School of Paris painter of landscapes, portraits and still life. Born at Kiev in Russia. Apprenticed to a goldsmith at the age of thirteen as an engraver, but soon afterwards also began to paint. Left Russia in 1923 and went to Berlin, where in 1925 he exhibited some paintings in a Cubist manner, and designed sets and costumes for the Jewish theatre in Palestine. Moved to Paris, penniless, in 1926 and joined the group of emigré Russian and Polish artists of Jewish origin already working there, Soutine, Kremegne, Kikoine and others. All his surviving work dates from these last six years, 1926-31. First one-man exhibition at the Galerie Alice Manteau, Paris, 1929. Worked much in Provence, especially from 1929 onwards, in contact with Othon Friesz. Died at La Garde, near Toulon.
Ronald Alley, Catalogue of the Tate Gallery's Collection of Modern Art other than Works by British Artists, Tate Gallery and Sotheby Parke-Bernet, London 1981, p.523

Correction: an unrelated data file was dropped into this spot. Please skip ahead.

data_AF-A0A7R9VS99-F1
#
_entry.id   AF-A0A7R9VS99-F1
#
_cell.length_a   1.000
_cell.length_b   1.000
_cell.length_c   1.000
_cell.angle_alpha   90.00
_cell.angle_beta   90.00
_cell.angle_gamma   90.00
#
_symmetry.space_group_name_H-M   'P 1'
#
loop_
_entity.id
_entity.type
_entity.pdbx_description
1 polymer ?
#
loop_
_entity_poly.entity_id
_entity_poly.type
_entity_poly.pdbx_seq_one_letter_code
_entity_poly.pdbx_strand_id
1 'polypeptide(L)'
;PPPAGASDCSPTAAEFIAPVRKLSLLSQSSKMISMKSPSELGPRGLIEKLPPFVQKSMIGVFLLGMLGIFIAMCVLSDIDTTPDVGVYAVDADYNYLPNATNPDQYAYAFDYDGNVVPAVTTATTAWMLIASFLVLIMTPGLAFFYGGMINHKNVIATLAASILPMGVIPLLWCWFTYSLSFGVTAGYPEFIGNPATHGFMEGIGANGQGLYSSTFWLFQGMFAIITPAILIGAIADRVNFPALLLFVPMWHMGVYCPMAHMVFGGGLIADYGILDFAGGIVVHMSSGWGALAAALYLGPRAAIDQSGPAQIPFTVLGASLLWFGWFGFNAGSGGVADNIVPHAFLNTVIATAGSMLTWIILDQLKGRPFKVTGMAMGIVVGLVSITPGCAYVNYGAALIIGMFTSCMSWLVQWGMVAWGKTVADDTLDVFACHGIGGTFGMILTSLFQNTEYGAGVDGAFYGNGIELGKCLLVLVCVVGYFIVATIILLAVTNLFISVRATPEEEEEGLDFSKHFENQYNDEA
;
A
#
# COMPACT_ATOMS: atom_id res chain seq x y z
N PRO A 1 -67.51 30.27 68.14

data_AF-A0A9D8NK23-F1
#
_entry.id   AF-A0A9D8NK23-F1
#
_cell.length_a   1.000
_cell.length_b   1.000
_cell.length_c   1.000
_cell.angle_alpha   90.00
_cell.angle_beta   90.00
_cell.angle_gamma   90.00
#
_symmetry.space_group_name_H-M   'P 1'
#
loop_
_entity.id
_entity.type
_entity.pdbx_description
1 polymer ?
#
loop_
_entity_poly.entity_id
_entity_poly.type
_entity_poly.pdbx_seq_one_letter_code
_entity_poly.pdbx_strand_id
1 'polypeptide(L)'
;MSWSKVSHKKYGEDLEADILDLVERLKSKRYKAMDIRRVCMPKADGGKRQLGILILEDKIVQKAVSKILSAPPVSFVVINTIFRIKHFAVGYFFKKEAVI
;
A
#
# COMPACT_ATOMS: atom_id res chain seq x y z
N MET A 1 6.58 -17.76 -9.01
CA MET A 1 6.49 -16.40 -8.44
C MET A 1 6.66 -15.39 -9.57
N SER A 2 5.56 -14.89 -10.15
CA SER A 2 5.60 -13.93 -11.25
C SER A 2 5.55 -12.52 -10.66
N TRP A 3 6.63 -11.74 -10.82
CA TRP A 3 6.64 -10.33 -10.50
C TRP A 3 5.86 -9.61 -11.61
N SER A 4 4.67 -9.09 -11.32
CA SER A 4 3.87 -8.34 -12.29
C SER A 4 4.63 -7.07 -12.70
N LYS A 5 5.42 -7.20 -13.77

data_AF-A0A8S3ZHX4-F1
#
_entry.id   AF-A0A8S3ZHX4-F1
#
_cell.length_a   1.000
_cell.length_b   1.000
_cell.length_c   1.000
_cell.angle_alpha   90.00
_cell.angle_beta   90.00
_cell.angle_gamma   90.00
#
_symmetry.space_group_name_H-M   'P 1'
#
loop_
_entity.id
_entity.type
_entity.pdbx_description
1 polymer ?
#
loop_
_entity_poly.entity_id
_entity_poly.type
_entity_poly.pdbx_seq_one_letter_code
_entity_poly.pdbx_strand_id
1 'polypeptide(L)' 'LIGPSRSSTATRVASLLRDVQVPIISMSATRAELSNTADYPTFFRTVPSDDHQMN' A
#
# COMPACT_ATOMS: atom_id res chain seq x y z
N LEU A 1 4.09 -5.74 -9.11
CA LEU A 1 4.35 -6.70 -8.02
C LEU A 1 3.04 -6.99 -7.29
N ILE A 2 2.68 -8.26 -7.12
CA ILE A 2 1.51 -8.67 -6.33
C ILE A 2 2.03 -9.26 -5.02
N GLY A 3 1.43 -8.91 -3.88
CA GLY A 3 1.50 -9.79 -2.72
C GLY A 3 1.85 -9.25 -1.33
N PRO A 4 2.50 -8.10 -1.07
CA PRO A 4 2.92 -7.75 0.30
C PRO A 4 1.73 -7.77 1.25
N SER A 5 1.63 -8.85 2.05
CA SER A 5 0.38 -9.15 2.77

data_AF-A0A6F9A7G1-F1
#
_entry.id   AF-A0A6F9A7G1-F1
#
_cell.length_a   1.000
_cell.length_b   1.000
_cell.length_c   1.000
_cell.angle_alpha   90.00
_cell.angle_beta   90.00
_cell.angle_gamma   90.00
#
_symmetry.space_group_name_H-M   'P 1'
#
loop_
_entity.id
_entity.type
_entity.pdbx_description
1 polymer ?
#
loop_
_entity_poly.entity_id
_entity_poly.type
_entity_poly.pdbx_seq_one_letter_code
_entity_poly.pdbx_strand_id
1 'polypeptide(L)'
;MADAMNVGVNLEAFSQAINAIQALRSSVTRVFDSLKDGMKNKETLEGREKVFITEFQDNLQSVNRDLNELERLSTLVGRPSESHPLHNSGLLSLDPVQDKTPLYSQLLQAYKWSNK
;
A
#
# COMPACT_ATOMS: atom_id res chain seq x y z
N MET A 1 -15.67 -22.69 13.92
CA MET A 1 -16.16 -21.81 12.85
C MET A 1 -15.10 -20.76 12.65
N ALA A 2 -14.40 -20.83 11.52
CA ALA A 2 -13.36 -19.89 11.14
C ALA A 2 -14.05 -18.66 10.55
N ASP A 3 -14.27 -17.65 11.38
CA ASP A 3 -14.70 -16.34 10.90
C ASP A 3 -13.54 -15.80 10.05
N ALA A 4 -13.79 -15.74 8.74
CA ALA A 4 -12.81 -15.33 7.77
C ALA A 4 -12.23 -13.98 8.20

Abraham Mintchine (4 April 1898 in Kiev – 25 April 1931 in La Garde), was a Ukrainian painter.
At 13, Mintchine was apprenticed to a goldsmith in Kiev. He began painting from the age of 16. In 1923, he left Russia for Berlin where he designed sets and costumes for the Jewish theatre. At the time of his first exhibition in Berlin he displayed some works that critics defined as of a style close to Cubism.
He arrived in Paris around 1925. In extreme poverty, married with a child, he was observed by the art dealer René Gimpel, who wrote in his journal: "I have bought about 35 of his canvasses, some are quite uneven, but that in itself is some proof of talent ...he barely managed to scrape a 100 sous to live on; he wouldn't eat, and, dying of hunger would say to his wife: Eat, Mintchine isn't hungry. Now, (in 1929), that he's achieved a measure of comfort and his health has deteriorated, he continues to deprive himself for his wife saying:Mintchine doesn't need anything. "